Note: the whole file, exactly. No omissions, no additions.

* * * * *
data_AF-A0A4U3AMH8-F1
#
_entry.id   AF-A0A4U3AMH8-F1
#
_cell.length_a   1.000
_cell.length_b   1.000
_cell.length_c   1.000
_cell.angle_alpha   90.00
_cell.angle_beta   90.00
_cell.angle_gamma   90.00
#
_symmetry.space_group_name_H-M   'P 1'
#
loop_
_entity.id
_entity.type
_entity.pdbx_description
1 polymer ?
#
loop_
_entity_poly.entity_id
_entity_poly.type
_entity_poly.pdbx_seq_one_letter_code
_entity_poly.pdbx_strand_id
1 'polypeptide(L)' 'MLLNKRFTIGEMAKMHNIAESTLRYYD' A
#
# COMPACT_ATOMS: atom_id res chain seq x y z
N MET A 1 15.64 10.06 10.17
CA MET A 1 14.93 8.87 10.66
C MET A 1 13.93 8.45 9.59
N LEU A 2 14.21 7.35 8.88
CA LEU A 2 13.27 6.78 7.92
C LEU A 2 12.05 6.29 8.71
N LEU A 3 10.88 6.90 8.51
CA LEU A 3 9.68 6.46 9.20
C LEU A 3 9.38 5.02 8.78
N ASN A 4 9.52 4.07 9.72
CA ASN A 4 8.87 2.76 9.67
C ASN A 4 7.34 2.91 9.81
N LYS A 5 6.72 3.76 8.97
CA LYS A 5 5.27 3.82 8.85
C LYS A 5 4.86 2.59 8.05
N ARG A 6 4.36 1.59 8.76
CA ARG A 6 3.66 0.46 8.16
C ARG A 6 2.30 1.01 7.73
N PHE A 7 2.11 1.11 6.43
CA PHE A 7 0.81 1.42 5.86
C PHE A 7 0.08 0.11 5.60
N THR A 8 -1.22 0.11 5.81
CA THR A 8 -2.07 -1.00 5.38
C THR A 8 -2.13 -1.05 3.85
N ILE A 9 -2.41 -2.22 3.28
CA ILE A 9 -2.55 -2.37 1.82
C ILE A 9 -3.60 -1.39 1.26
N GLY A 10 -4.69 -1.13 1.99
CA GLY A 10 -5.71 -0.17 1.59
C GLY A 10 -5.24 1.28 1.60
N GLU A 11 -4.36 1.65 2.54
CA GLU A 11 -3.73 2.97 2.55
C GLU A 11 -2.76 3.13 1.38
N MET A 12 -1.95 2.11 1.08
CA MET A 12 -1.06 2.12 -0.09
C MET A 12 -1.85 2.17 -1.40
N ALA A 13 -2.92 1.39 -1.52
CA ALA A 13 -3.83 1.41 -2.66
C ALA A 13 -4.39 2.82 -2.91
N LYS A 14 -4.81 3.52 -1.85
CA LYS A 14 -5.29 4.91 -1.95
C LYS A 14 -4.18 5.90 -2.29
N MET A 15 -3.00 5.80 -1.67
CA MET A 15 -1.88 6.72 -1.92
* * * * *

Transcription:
data_AF-A0A4U3AMH8-F1
#
_entry.id   AF-A0A4U3AMH8-F1
#
_cell.length_a   1.000
_cell.length_b   1.000
_cell.length_c   1.000
_cell.angle_alpha   90.00
_cell.angle_beta   90.00
_cell.angle_gamma   90.00
#
_symmetry.space_group_name_H-M   'P 1'
#
loop_
_entity.id
_entity.type
_entity.pdbx_description
1 polymer ?
#
loop_
_entity_poly.entity_id
_entity_poly.type
_entity_poly.pdbx_seq_one_letter_code
_entity_poly.pdbx_strand_id
1 'polypeptide(L)' 'MLLNKRFTIGEMAKMHNIAESTLRYYD' A
#
# COMPACT_ATOMS: atom_id res chain seq x y z
N MET A 1 15.64 10.06 10.17
CA MET A 1 14.93 8.87 10.66
C MET A 1 13.93 8.45 9.59
N LEU A 2 14.21 7.35 8.88
CA LEU A 2 13.27 6.78 7.92
C LEU A 2 12.05 6.29 8.71
N LEU A 3 10.88 6.90 8.51
CA LEU A 3 9.68 6.46 9.20
C LEU A 3 9.38 5.02 8.78
N ASN A 4 9.52 4.07 9.72
CA ASN A 4 8.87 2.76 9.67
C ASN A 4 7.34 2.91 9.81
N LYS A 5 6.72 3.76 8.97
CA LYS A 5 5.27 3.82 8.85
C LYS A 5 4.86 2.59 8.05
N ARG A 6 4.36 1.59 8.76
CA ARG A 6 3.66 0.46 8.16
C ARG A 6 2.30 1.01 7.73
N PHE A 7 2.11 1.11 6.43
CA PHE A 7 0.81 1.42 5.86
C PHE A 7 0.08 0.11 5.60
N THR A 8 -1.22 0.11 5.81
CA THR A 8 -2.07 -1.00 5.38
C THR A 8 -2.13 -1.05 3.85
N ILE A 9 -2.41 -2.22 3.28
CA ILE A 9 -2.55 -2.37 1.82
C ILE A 9 -3.60 -1.39 1.26
N GLY A 10 -4.69 -1.13 1.99
CA GLY A 10 -5.71 -0.17 1.59
C GLY A 10 -5.24 1.28 1.60
N GLU A 11 -4.36 1.65 2.54
CA GLU A 11 -3.73 2.97 2.55
C GLU A 11 -2.76 3.13 1.38
N MET A 12 -1.95 2.11 1.08
CA MET A 12 -1.06 2.12 -0.09
C MET A 12 -1.85 2.17 -1.40
N ALA A 13 -2.92 1.39 -1.52
CA ALA A 13 -3.83 1.41 -2.66
C ALA A 13 -4.39 2.82 -2.91
N LYS A 14 -4.81 3.52 -1.85
CA LYS A 14 -5.29 4.91 -1.95
C LYS A 14 -4.18 5.90 -2.29
N MET A 15 -3.00 5.80 -1.67
CA MET A 15 -1.88 6.72 -1.92